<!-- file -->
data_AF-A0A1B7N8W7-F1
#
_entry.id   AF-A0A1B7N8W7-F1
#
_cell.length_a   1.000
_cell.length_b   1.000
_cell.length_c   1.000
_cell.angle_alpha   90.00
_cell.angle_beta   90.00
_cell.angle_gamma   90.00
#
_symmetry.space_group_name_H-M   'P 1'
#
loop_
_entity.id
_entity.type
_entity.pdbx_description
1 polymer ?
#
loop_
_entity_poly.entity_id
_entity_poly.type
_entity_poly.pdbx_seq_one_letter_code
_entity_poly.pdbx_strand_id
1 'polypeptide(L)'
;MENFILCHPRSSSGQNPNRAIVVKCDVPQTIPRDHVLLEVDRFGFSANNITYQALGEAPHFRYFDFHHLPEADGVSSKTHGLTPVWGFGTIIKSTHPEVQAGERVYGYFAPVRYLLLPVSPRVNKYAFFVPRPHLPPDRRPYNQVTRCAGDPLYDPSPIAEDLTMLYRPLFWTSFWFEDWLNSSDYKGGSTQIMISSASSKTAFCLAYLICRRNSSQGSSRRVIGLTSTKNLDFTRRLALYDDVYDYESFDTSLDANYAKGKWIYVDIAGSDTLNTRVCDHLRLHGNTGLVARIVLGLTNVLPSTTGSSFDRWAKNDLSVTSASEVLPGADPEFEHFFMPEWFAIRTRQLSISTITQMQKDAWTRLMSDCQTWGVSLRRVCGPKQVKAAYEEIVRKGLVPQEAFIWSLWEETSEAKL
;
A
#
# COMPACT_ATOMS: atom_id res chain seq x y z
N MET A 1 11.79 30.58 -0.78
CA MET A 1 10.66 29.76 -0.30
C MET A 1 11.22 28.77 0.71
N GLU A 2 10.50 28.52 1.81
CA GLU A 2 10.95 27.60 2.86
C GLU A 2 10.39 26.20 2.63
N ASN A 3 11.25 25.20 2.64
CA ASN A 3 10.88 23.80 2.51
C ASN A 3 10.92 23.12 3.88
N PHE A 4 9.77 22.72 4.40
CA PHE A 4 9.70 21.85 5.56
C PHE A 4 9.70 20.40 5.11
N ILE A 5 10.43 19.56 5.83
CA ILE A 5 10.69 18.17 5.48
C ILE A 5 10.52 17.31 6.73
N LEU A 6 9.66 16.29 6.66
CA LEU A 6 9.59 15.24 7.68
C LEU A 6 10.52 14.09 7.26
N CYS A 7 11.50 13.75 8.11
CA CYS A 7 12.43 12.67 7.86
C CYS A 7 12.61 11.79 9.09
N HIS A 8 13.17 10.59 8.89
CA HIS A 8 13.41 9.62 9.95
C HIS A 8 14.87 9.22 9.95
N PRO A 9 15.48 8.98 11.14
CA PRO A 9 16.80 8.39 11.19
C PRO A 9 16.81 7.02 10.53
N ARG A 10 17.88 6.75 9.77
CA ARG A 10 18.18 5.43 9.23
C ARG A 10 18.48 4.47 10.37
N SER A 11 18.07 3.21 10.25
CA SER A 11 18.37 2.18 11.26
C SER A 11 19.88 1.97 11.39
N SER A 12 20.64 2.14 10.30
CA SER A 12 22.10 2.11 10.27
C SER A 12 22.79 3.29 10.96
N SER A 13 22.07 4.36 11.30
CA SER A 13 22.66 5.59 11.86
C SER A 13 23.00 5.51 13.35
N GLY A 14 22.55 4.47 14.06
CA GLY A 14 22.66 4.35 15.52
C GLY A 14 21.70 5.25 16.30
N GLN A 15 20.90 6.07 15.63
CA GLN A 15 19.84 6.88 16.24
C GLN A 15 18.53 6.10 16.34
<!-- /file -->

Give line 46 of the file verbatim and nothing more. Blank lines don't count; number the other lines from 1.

N LEU A 6 9.66 16.29 6.66